Review of The Jimi Hendrix Experience: Electric Ladyland

Jimi Hendrix Experience - Electric Ladyland

Please read Scott Coates’s pick, The Jimi Hendrix Experience: Electric Ladyland, before reading and listening to our reviews below.

The Summary

  • Would we recommend?
  • Influence us and our tastes?
  • Overall?

The Jimi Hendrix Experience: Electric Ladyland

The group collectively agreed that this was an album we really enjoyed. Between Jimi Hendrix’s incredible guitar skills, the songwriting, and the production value, this one didn’t feel like a chore to get through. Quite the opposite, in fact. Is anyone surprised? This album sits at the precipice of bluesy, proto-hard rock, which makes for a really interesting musical journey. As our recommend score indicates, this isn’t an album to miss, so you should give this one a listen and let us know what you thought.


Overall Scores

Overall opinion: 4.9
Would we recommend?: 4.8
Influenced our tastes: 3.4

Our Individual Review Scores
Scott Gregory
Overall opinion: 4.5
Would I recommend?: 5
Influenced my tastes: 3.5

Alain Dupuis
Overall opinion: 4
Would I recommend?: 4
Influenced my tastes: 4

Scott Coates
Overall opinion: 4
Would I recommend?: 5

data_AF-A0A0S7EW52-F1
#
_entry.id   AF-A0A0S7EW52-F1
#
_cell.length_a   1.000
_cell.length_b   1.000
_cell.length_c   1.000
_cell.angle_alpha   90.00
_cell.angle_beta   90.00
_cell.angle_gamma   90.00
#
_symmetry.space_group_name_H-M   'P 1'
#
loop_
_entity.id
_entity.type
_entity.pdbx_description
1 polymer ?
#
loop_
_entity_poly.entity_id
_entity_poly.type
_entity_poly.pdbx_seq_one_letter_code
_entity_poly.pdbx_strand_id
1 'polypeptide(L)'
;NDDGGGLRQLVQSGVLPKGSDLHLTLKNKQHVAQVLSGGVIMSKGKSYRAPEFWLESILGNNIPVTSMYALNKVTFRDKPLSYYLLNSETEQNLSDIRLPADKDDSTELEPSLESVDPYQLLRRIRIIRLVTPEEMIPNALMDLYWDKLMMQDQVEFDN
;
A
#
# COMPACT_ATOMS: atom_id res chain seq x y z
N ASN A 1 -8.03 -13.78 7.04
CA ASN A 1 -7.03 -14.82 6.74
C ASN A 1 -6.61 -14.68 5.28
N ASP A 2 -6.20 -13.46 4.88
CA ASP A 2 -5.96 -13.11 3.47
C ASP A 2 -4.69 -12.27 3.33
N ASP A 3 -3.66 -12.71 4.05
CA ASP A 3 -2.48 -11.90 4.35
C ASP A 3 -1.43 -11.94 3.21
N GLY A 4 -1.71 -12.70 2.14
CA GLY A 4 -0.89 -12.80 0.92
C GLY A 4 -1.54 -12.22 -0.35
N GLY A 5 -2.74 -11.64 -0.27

Influenced my tastes: 4

Darren Scott
Overall opinion: 5
Would I recommend?: 5
Influenced my tastes: 5

The Jimi Hendrix Experience: Electric Ladyland


This month’s selection is by Scott Coates.


Electric Ladyland was the the third and final studio album by the Jimi Hendrix Experience, and the final studio album released in Hendrix’s lifetime before his death in 1970. It was also the only record from the band produced by Hendrix himself and the only Experience album mixed entirely in stereo. Mono was still the go-to method back then.

It was recorded at several studios in the US and UK between July 1967 and January 1968, and released on October 16, 1968. It was the Experience’s most commercially successful release and their only number one album. There were several covers as well, one featured 19 nude women on the inside cover, which did not see wide release.

Recording sessions were said to have been very chaotic, more resembling a party, with friends and guest musicians popping in and out. This caused at least one producer to leave the project and saw people such as Traffic’s Steve Winwood play bass and organ on ‘Voodoo Chile’.

Fifty-years after his death, Hendrix is still regarded as one of the ultimate guitar gods and we’ll take this month to learn why. Enjoy the journey ahead!


Electric Ladyland – Wikipedia




Other Albums Considered

Sign o’ the Times – Prince

Tommy – The Who

Physical Graffiti – Led Zeppelin

Exile on Main Street – The Rolling Stones